The Taku is the largest totally intact watershed on the Pacific coast of North America. The 4.5 million acre river system sprawls across the northwest corner of British Columbia, its many tributaries converging to form the main stem of the Taku, which pours across Alaska’s border and becomes ocean just south of Juneau. It’s no coincidence that this spectacularly wild, virtually pristine international river system – linking interior boreal uplands, verdant temperate and rain forest valleys, and a rich marine estuary — is one of the continent’s premier salmon strongholds. The Taku is in fact southeast Alaska’s number one salmon producer. In a time of accelerating climate change and dwindling biodiversity, the ecological value of the Taku’s diverse and interconnected mountain-to-sea ecosystem, with all native flora and fauna in place and thriving, can hardly be overstated. Here is one of our planet’s premier biological refugias. Indigenous people on both sides of the border maintain profound cultural connections to the Taku and its bounty of fish and wildlife. To wilderness adventurers and paddlers, the Taku is a wild and storied destination. The watershed is, in short, an amazing conservation opportunity.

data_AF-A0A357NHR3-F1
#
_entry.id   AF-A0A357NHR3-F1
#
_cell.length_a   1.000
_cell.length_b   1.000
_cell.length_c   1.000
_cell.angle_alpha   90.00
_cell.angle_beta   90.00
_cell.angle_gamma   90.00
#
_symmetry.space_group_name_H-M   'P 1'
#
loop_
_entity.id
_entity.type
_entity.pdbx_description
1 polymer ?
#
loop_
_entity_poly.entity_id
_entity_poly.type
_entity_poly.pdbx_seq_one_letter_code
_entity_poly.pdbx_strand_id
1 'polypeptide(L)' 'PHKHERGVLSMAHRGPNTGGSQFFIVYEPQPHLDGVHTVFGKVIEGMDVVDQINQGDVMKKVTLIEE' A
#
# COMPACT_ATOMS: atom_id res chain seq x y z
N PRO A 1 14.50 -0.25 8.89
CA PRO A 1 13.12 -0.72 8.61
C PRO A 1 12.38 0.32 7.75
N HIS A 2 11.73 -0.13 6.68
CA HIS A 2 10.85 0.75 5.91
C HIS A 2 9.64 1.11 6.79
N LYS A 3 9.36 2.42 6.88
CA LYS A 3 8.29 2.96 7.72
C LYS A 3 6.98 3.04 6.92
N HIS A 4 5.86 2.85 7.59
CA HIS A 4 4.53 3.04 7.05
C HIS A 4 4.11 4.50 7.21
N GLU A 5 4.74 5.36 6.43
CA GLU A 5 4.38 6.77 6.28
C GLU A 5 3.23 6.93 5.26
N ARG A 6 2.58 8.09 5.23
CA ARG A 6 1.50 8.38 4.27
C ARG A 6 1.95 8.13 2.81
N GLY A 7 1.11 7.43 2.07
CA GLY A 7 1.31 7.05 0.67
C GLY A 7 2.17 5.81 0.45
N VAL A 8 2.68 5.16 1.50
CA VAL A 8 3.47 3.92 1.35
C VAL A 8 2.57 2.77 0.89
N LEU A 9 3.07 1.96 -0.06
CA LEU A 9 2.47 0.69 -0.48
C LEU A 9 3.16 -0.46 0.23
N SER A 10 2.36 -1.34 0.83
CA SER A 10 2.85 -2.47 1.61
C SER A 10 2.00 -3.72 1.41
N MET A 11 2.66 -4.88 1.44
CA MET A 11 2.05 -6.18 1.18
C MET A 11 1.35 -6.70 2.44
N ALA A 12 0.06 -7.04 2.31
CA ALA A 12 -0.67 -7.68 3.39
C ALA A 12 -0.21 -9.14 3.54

The Taku is an opportunity because it’s at a crossroads, with its fate yet to be determined. No vast expenditures for habitat restoration are needed here. All that’s required for the Taku is humility and foresight to keep the watershed as is. But mining has been proposed near the juncture of the Tulsequah River and the main stem Taku, on the Canadian side very close to the Alaska border. The extremely controversial…Tulsequah Chief mine would be sited immediately upstream of the most important salmon spawning and rearing habitat in the entire river system, putting it at risk. A tailings impoundment failure, like British Columbia’s recent Mount Polley mine disaster, would be devastating. And the stakes are bigger than the mine itself, for if Tulsequah Chief goes forward, a hundred mile road to serve it would be constructed into Taku wilderness, bringing more mining and related development with it.
Rivers Without Borders is striving to keep the Taku wild. We are doing this by elevating awareness of the watershed’s extraordinary conservation values, cultivating an international conversation about the future of this international river, organizing mining opposition, and publicizing numerous technical, economic, and legal obstacles to the Tulsequah Chief project. For the past six years we have been doing this in partnership with The Conservation Alliance, and we are grateful for this crucial and steadfast support.
Photo at top: Flannigan Slough – Prime salmon habitat; just upstream of the British Columbia – Alaska border on the Taku River, and downstream from the confluence of the Tulsequah and Taku Rivers. Photo courtesy of Chris Miller – June 2013.
Photo above: Looking downstream on the Tulsequah River. The proposed Tulsequah Chief mine site is center left on the banks of the river. The airstrip and borrow pit are in the foreground. The tailings impoundment would be built on a flood plain in the lower left corner out of view. The confluence with the Taku River is in the upper right. Photo courtesy of Chris Miller – June 2013.